FULTON COUNTY -- About four-and-a-half years ago, the Gelman family, owners of EMVI Chocolate, moved from Brooklyn to Johnstown so Dr. Irina Gelman could become Fulton County's public health director.
In the short time they've lived in Fulton County, they've had a big impact on both the public and private sectors. Gelman spearheaded Fulton County's telehealth program, the first virtual health portal in New York state to include both mental health and preventative health components. The program helped earn her recognition as a 2018 New York State Woman of Distinction by the state Senate.
Meanwhile, her husband, Victor Gelman, built EMVI Chocolate (the name is an acronym using Gelman family members' first initials: Emily, Mia, Michael, Victor and Irina) into a 3,700-square-foot seasonal chocolate factory on Route 29 in Broadalbin, complete with viewing windows that allow customers to watch as the chocolate is made.
Now they're moving again, as Irina Gelman takes a new job as public health commissioner for Orange County, a job she will start in mid-July.
Irina Gelman said she's grateful for the opportunity to advance the cause of rural public health initiatives in Fulton County, including telehealth and geocaching, a kind of fitness-encouraging outdoor scavenger hunt promoted on the county's public health Facebook page.
"Some of the initiatives were kind of, I would say, on the cutting edge of public health, with a lot of forward-moving momentum," she said.
Fulton County Administrator Jon Stead said he was involved in recruiting Irina Gelman to Fulton County. He said she's had a great impact during her tenure.
"She brought kind of a very upbeat, optimistic personality to the county," Stead said. "She's led the department into a lot of new innovative ideas -- telehealth obviously being one that was near and dear to her heart right from when she was first entering service with us, so she really kind of adapted into the community, and people seemed to get along with her well."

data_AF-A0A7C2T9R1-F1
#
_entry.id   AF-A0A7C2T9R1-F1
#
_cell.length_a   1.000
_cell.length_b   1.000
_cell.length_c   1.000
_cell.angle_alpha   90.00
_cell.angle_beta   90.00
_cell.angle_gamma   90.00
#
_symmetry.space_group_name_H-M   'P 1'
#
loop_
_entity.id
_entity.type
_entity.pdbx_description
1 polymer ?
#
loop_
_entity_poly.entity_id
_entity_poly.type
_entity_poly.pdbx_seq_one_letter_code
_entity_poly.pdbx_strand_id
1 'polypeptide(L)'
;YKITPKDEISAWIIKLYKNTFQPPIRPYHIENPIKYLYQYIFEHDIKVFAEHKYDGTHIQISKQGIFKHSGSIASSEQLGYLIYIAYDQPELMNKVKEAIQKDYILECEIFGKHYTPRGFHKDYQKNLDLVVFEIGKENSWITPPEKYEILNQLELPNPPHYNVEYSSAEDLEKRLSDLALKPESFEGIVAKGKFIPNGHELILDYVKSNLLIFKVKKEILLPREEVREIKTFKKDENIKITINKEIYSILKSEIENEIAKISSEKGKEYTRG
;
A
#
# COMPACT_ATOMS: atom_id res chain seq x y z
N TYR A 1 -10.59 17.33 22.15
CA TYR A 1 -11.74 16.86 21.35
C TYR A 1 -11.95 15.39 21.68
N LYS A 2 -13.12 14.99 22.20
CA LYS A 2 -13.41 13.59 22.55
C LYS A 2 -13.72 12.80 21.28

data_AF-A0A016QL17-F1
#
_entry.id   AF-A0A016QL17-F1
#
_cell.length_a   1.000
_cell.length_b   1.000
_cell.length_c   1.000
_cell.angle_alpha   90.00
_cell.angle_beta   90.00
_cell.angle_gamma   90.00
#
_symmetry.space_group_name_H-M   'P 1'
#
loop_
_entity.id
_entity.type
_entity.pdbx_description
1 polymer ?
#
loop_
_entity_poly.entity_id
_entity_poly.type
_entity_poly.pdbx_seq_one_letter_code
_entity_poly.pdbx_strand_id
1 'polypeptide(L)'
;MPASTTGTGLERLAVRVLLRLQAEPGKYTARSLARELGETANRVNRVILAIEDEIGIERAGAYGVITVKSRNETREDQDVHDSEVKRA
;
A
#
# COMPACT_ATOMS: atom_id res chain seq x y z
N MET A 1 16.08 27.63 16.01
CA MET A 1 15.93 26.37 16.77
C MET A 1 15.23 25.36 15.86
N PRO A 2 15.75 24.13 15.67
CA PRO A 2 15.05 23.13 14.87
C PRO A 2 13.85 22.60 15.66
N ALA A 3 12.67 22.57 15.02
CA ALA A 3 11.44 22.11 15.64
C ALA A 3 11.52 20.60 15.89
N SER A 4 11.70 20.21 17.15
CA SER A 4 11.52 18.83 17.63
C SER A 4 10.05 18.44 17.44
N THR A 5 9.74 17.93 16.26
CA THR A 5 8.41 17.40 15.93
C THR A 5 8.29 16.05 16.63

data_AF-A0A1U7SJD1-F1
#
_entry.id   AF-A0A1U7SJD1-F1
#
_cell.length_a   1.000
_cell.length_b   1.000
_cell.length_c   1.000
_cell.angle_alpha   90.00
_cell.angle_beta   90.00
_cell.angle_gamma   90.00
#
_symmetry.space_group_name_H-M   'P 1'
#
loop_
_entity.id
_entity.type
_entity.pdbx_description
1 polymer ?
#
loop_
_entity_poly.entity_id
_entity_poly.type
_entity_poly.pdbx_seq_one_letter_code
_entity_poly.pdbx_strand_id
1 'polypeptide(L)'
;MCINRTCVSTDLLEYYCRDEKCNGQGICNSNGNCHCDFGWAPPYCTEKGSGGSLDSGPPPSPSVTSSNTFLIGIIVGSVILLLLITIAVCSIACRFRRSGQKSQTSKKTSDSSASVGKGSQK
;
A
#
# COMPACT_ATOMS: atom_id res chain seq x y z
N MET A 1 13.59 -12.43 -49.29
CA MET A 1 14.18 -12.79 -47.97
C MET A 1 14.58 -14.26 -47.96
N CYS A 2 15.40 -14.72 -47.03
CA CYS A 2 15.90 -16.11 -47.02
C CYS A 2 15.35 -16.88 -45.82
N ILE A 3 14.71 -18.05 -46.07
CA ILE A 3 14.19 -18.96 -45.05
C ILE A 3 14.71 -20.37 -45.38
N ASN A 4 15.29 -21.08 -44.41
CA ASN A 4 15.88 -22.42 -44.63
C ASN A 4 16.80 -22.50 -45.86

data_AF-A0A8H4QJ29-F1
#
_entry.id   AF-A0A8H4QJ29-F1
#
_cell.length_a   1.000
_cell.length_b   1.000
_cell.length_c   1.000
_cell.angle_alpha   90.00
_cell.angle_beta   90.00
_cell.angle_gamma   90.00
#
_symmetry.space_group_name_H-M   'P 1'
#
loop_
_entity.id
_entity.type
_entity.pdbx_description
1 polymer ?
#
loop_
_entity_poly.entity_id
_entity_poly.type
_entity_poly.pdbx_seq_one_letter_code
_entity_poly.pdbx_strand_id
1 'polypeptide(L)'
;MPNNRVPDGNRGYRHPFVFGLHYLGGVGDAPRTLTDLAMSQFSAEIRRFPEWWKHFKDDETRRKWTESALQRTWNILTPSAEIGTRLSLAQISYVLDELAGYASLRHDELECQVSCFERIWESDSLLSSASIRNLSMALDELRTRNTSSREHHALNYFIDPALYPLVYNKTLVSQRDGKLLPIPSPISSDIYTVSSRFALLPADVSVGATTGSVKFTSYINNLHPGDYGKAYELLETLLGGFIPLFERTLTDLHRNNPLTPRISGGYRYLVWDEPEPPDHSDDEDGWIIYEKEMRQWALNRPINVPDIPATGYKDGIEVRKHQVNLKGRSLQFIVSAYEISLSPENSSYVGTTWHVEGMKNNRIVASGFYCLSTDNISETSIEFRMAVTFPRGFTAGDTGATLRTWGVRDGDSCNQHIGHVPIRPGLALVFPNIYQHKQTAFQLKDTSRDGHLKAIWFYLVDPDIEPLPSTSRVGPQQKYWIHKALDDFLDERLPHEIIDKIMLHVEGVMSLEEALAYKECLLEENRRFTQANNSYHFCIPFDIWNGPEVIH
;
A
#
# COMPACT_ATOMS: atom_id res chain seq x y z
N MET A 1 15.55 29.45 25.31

Gelman, who's also been working on her Ph.D. dissertation related to telehealth, explained the basic components of the telehealth pilot program: Using state grant funding of about $80,000, the county was able to purchase computer servers, cameras and lights to set up three virtual health portal kiosks -- one each at Fulton Montgomery Community College, the Fulton County Office for the Aging and the Fulton County Public Health Department.
The system allows county health personnel to provide health care information and steer people toward healthcare providers, based on information transmitted through the video system. Gelman said the system will save the county money by limiting the need for in-person consultations, which require travel expenses and more staff time. She said the system will likely expand after her departure.
"Currently, we're working on a countywide app that would be free and made available to the entire population of Fulton County, where every resident of the county will be able to tap into the free app on their devices and be able to connect to a local health provider," Irina Gelman said. "That is the ultimate goal -- to ensure that residents can connect with all of these organizations in real time via a free platform."
Another Gelman initiative that will continue after the family leaves will be EMVI Chocolate.
Victor Gelman said it took him about a year-and-a-half to build the manufacturing operation in Broadalbin, and he expects it will take at least that long to move it to Orange County, if he chooses to do that.
"This is my favorite place that I have ever lived," Victor Gelman said. "My heart is staying here, and I'm not going anywhere right now. I will be here five out of the seven days a week, minimum, for the next year."
Victor Gelman said EMVI Chocolate will continue with its regular schedule -- opening in October and closing on Easter Sunday. After next year, he isn't certain what will happen, but he intends to at least maintain his retail operation locally, possibly partnering with Mohawk Harvest Cooperative Market and the Liberty Fresh Market in Amsterdam.
"A lot of things can happen in a year," he said. "We have employees who've been with us for several years, and we treat our people very good and they represent organizational learning, and I trust them and, in theory, a very large portion of manufacturing could stay here without me being present at all, in theory. So, there's a lot of things that could happen."
Irina Gelman, who also serves as treasurer for the Fulton Montgomery Regional Chamber of Commerce, said the family will miss Fulton County.
"We've been grateful for the chance to reside here among such amazing people," she said. "It was an honor and a privilege to serve the Fulton County Board of Supervisors and the people here."